Craft a Meditation Box

Feeling frazzled after the holidays? We invited patrons to transform plain white boxes into unique creations through collage, all while learning about art therapy and mindfulness in a relaxing environment. Attendees walked away with completed boxes that illustrated their feelings and matched their personal style. All supplies were provided. 

Advanced Planning

We partnered with Silver Hill Hospital, a local nonprofit focusing on mental health and addiction. We wanted to host a simple craft program and offer a chance to talk about art therapy and mindfulness. We chose early January as people often feel frantic coming off the holiday season.


Early on, we decided we wanted to host two back-to-back programs on January 14. The first, which took place from noon to 1 p.m., was geared toward adults and teenagers. The event was included in an e-blast focusing on "New Year, New You." We also submitted press releases to our local papers and included it in a newsletter for local events for seniors.

Our second event was geared toward young professionals in the area. We market these events strictly through as part of our Adult Day Camp series.


We spent $75 on plain white craft boxes. We used discarded magazines, glue sticks and scissors that we already had in house. Silver Hill Hospital provided Silly Putty, a stress ball and USB drives loaded with guided meditations for participants to begin filling their boxes with.

Day-of-event Activity

Before the event, we set up our conference room in one long table, boardroom style, so participants would have a chance to talk with one another while crafting. Each seat was given a box, scissors, glue stick and a stack of magazines to share. We also set up background music to play throughout the event.

Program Execution

Silver Hill's art therapist kicked off the event by talking about art therapy and explaining the activity. She instructed participants and said they could decorate their boxes however they liked, but that their boxes should evoke feelings of calmness and relaxation. She went on to say that many choose to decorate the outside of their boxes as they present themselves to the world and decorate the inside with images depicting their hopes, inner feelings and dreams. There was no right or wrong way, but what they were creating was a sanctuary for themselves.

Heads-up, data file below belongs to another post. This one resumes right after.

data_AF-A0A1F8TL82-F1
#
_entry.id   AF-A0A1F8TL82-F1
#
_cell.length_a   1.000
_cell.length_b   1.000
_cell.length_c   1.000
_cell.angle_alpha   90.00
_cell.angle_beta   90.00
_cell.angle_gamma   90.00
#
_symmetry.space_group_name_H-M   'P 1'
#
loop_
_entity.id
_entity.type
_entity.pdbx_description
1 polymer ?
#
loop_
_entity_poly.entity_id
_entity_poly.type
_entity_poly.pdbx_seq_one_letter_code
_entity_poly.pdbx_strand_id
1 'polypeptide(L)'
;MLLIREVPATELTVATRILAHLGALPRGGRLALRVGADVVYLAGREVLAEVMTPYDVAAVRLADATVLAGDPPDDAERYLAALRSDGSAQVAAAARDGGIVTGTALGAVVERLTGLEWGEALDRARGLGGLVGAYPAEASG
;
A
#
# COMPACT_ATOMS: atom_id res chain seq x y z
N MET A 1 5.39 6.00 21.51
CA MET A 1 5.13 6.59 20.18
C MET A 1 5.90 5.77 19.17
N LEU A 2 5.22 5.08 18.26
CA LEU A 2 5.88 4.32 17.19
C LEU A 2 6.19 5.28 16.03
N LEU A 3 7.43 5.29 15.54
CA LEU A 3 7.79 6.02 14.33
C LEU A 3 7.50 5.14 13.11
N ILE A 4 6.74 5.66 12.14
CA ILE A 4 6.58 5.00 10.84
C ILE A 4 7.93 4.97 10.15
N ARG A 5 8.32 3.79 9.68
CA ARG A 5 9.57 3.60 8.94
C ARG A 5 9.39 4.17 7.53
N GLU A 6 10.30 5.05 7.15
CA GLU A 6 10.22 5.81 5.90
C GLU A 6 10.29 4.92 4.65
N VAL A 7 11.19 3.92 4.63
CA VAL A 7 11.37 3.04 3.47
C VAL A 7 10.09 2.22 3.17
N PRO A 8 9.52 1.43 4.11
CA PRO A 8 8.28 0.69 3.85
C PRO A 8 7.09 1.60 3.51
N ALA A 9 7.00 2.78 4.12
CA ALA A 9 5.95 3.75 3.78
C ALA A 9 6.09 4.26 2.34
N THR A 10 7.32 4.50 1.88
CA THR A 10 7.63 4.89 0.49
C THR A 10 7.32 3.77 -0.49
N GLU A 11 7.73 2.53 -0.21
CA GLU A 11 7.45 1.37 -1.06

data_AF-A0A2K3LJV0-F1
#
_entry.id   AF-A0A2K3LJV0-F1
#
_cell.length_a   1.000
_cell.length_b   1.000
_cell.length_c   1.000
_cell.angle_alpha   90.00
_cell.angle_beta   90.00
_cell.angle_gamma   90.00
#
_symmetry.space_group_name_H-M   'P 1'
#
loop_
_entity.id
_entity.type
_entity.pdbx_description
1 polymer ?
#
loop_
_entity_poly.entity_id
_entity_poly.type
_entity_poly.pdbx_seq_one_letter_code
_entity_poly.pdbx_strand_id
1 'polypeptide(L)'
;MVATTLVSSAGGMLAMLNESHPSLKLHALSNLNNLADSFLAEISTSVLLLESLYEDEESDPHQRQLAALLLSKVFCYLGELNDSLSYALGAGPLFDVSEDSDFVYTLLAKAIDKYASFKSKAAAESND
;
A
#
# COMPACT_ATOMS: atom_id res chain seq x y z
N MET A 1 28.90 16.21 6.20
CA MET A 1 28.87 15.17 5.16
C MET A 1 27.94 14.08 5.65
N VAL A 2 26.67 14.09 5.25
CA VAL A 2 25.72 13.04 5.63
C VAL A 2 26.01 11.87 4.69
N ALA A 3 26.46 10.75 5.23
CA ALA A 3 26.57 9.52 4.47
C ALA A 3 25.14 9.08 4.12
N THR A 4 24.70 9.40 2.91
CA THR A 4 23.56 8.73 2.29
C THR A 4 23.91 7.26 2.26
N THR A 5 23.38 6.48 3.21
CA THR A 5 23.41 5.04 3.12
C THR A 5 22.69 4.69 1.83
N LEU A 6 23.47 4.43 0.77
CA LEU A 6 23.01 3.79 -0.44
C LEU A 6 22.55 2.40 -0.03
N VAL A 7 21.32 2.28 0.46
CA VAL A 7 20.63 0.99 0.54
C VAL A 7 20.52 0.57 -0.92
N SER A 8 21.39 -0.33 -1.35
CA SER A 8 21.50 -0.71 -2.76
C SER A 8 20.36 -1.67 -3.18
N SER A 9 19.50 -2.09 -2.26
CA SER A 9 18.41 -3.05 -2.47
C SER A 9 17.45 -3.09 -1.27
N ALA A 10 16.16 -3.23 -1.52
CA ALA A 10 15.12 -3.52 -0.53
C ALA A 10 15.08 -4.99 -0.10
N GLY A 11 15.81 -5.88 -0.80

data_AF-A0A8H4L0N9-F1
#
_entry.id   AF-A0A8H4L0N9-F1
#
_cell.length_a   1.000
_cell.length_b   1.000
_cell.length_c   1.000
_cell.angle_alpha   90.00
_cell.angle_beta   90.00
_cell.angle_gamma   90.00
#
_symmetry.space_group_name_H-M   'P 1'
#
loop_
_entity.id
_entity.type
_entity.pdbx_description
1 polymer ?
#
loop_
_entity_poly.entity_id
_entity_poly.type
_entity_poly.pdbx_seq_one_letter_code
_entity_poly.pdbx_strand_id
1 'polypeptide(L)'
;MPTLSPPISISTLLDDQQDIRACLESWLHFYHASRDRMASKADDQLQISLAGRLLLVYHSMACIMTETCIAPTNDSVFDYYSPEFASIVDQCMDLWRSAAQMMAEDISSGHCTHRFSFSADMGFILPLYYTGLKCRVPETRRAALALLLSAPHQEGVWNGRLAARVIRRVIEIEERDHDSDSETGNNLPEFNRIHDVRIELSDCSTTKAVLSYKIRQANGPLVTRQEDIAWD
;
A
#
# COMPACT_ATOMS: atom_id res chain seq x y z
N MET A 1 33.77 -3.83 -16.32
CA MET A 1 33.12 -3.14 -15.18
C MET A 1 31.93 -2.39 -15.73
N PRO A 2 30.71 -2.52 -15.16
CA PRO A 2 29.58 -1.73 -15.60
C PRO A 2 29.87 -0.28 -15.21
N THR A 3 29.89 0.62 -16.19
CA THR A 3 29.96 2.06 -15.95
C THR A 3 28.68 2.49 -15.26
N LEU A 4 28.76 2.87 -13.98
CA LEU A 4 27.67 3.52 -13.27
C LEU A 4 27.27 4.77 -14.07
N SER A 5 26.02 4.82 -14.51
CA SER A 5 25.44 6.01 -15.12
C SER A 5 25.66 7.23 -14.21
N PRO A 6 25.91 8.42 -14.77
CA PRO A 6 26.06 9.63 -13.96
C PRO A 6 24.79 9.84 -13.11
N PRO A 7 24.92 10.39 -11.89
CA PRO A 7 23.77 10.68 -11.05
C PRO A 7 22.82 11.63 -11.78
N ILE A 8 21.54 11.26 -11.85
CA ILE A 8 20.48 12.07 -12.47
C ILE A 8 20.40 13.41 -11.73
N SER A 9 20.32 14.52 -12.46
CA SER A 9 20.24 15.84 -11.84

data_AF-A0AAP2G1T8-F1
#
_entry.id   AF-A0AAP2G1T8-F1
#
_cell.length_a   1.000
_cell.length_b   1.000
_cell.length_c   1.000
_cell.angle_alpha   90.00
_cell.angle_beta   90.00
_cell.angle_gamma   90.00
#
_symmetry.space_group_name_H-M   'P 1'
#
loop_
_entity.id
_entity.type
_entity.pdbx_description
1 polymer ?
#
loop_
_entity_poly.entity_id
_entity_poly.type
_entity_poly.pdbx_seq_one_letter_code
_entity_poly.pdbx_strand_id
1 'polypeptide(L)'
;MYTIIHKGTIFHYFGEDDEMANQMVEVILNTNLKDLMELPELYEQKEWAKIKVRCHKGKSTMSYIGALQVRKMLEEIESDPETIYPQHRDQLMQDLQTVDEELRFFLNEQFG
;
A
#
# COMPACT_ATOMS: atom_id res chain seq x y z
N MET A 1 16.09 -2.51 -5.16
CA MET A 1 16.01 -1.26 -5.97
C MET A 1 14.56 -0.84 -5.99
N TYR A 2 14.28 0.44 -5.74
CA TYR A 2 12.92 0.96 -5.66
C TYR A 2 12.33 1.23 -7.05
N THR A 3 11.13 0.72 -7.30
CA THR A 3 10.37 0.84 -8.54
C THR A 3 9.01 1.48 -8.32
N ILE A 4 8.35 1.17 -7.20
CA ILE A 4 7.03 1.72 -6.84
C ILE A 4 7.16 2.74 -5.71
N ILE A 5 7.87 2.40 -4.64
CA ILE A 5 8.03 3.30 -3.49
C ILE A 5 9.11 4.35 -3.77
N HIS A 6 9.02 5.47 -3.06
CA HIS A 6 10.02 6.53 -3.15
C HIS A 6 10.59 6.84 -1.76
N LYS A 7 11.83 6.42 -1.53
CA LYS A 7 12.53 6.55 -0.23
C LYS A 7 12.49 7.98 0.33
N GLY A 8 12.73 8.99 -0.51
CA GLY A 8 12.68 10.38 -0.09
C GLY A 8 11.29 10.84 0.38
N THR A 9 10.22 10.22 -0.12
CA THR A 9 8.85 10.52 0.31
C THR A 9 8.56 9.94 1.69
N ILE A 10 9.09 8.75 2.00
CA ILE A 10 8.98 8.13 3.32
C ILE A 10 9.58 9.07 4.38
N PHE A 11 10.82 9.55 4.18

With this five-minute intro, participants began thumbing through magazines and pasting pictures on their box. Some focused on serene shades of blue, others added motivational sayings and text, and one participant focused on images from around the world of places he wanted to visit. Each attendee left with a unique box that hopefully speaks just to them.

The hope is that participants went home after the event, filled their boxes with items that help them relax, and will go to them when they're feeling stressed or overwhelmed.

Between the two events, we had close to 50 attendees. We were thrilled to partner with Silver Hill Hospital, a leading provider in mental health services for our community. Participants were delighted to collage, an activity many of us haven't done since childhood, and there were already talks about what items they were going to fill their boxes with.


I'm so happy we hosted two programs for two different audiences. Both groups interacted with their boxes completely differently, and it was so fun to see! This event would work as a focused program for teens, families, seniors or anyone in between.

When saving discarded magazines, make sure to save a variety. Some participants had very specific ideas of what is relaxing to them. While some wanted water and beach scenes, others wanted images of babies. One person even used a giant picture of Justin Bieber! It was helpful to have gossip magazines alongside nature, men's health, etc.

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